Image_5_DNA Damage Repair Gene Mutations Are Indicative of a Favorable Prognosis in Colorectal Cancer Treated With Immune Checkpoint Inhibitors.tif
DNA damage repair (DDR) genes were recently implicated in the anti-tumor immune response. Therefore, it is worthwhile to unravel the implications of DDR pathways in the shaping of immune responsiveness in colorectal cancer (CRC) patients receiving immune checkpoint inhibitors (ICI).Methods
We analyzed publicly available genomic data from a cohort treated with ICI from Memorial Sloan Kettering Cancer Center (MSK ICI cohort). To characterize the impact of the DDR mutation, the genomic data of The Cancer Genome Atlas (TCGA) colorectal adenocarcinoma (COADREAD) dataset was explored. We also analyzed the incidence of DDR mutation and microsatellite instability-high (MSI-H) in a Chinese CRC cohort using panel sequencing.Results
The DDR pathway was commonly mutated (21.8%) in the multicancer MSK ICI cohort, with the highest frequency of 36.4% in CRCs. Survival analysis showed that DDR mutation correlated with an improved overall survival (OS) in CRCs and pan-cancer in the MSK ICI cohort. However, no significant associations were identified in the TCGA COADREAD and MSK non-ICI CRCs. DDR mutation was associated with higher tumor mutational burden (TMB) levels and increased immune cell infiltration and immune checkpoint molecule expression in the TCGA COADREAD dataset. Last, we investigated the DDR mutational pattern and its associations with MSI-H and other genomic features in a Chinese CRC cohort. Notably, MSI-H and DDR mutation was present in 5.7% and 13.4% of cases, respectively, which suggests that DDR identifies a higher proportion of potential responders than MSI-H.Conclusion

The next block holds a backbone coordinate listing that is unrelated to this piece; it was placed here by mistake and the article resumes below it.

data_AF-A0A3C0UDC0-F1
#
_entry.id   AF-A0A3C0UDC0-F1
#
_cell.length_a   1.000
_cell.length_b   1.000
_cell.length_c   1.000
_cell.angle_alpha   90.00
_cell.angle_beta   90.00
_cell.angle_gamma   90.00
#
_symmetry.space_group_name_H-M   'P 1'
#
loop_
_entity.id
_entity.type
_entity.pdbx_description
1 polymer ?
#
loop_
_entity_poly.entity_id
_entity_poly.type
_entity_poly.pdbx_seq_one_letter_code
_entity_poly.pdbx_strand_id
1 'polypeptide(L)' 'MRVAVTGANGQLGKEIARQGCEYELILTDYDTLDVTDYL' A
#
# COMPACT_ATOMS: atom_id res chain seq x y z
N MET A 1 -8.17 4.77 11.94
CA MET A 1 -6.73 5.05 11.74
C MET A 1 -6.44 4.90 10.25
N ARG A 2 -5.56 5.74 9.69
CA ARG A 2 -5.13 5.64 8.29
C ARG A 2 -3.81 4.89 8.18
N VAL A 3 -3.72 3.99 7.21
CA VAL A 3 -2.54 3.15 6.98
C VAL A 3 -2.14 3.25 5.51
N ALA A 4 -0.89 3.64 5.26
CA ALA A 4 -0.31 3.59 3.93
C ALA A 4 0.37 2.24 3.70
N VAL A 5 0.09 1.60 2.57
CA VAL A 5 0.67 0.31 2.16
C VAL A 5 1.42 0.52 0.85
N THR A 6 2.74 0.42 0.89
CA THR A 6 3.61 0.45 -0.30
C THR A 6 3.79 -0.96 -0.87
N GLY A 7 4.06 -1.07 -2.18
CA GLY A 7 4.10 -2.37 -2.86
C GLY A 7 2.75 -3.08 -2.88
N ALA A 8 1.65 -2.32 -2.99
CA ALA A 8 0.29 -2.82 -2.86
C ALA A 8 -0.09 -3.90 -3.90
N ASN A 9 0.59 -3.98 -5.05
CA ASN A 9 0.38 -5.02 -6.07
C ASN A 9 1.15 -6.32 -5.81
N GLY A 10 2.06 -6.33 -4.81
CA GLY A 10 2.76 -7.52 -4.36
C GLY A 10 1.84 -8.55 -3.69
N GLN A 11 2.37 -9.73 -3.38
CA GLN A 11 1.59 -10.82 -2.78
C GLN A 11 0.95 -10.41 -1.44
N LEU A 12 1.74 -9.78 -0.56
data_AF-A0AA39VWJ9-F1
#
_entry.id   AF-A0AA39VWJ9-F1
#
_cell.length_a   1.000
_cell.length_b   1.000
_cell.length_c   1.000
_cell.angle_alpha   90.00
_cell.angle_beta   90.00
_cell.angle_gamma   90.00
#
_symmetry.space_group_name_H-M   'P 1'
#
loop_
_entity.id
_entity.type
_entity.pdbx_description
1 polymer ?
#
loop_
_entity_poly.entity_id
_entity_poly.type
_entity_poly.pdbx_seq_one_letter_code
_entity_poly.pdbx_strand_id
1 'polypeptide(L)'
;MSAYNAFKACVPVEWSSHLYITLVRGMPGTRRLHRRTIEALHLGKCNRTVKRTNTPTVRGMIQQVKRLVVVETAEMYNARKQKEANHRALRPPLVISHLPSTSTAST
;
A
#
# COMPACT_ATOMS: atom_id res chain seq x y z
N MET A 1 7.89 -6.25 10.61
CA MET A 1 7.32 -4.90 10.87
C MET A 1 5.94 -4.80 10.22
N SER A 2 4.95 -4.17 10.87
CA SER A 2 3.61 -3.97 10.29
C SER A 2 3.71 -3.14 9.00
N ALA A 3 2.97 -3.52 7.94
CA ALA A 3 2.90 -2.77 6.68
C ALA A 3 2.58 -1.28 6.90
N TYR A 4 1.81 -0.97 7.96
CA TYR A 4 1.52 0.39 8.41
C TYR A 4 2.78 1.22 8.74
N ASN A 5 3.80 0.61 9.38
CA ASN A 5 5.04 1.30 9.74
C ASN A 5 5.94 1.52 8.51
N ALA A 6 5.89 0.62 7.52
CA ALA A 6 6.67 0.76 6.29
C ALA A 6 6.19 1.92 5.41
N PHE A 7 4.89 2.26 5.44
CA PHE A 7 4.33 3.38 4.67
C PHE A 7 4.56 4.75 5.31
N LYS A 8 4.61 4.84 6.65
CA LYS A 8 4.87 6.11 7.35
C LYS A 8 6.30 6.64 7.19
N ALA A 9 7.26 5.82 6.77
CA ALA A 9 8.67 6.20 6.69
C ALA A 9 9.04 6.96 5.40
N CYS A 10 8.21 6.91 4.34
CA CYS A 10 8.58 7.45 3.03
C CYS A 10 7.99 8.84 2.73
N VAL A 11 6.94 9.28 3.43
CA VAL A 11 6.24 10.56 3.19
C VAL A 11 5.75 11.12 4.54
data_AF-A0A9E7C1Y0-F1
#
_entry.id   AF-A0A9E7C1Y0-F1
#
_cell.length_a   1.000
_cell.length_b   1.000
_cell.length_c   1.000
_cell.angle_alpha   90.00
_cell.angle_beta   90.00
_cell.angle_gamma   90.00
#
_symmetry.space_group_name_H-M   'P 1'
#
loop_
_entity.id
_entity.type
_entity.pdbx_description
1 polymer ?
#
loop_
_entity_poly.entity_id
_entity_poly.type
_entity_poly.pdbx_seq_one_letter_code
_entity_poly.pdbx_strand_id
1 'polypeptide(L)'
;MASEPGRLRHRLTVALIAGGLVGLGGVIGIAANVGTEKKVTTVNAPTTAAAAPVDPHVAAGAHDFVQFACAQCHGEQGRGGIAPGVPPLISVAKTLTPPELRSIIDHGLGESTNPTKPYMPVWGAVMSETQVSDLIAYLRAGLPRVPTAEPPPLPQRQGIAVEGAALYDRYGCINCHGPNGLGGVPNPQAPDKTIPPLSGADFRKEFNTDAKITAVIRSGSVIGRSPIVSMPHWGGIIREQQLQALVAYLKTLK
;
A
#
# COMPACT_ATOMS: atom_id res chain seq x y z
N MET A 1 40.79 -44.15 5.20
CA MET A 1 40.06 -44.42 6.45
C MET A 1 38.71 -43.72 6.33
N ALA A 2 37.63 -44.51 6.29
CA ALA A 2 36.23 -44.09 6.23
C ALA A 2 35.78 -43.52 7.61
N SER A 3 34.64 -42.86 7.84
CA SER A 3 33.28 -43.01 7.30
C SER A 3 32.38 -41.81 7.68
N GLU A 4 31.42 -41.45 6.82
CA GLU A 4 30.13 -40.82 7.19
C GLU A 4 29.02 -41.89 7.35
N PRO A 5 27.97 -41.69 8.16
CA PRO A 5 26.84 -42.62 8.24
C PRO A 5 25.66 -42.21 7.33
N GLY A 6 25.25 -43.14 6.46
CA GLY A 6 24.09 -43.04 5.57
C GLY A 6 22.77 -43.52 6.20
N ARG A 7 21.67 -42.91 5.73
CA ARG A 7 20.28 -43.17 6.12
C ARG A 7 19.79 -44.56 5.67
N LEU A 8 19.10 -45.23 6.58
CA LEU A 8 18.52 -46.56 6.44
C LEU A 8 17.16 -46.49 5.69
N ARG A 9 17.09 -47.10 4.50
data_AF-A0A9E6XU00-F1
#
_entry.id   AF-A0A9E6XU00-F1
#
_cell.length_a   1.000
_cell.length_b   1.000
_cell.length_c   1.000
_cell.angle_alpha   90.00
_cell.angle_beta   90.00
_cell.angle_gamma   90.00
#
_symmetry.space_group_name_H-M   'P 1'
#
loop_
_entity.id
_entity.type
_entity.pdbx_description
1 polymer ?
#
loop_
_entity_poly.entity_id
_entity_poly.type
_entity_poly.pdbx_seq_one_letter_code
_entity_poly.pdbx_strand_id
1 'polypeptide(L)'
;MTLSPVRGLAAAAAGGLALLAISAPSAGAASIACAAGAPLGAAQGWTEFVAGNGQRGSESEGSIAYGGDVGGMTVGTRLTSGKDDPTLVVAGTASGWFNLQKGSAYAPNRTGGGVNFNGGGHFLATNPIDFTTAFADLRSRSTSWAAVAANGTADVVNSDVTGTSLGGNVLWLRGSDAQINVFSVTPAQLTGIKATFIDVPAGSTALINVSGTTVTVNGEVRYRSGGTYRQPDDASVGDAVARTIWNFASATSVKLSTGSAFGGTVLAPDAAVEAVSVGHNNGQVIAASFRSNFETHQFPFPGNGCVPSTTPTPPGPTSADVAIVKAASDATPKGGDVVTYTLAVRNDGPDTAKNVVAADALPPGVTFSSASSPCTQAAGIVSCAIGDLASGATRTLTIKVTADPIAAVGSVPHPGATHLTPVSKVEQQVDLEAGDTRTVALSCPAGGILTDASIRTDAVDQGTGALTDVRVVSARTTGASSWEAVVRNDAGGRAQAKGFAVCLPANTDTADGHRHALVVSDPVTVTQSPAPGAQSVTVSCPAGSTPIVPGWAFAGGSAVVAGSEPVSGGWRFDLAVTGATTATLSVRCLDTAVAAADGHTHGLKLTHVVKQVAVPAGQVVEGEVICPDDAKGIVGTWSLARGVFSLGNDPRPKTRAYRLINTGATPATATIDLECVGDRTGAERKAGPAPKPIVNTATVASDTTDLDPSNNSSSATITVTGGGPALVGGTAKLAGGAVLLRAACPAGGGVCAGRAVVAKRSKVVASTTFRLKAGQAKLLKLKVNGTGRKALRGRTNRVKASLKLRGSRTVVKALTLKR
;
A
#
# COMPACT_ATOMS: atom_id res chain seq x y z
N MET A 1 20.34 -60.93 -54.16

Our data suggest that DDR mutation as an indication of enhanced cancer immunity, and it may function as a biomarker for patients with CRCs receiving ICI treatment. The high incidence of DDR mutation in the Chinese CRC cohort emphasizes the future utility of panel-based DDR evaluation in guiding ICI treatment.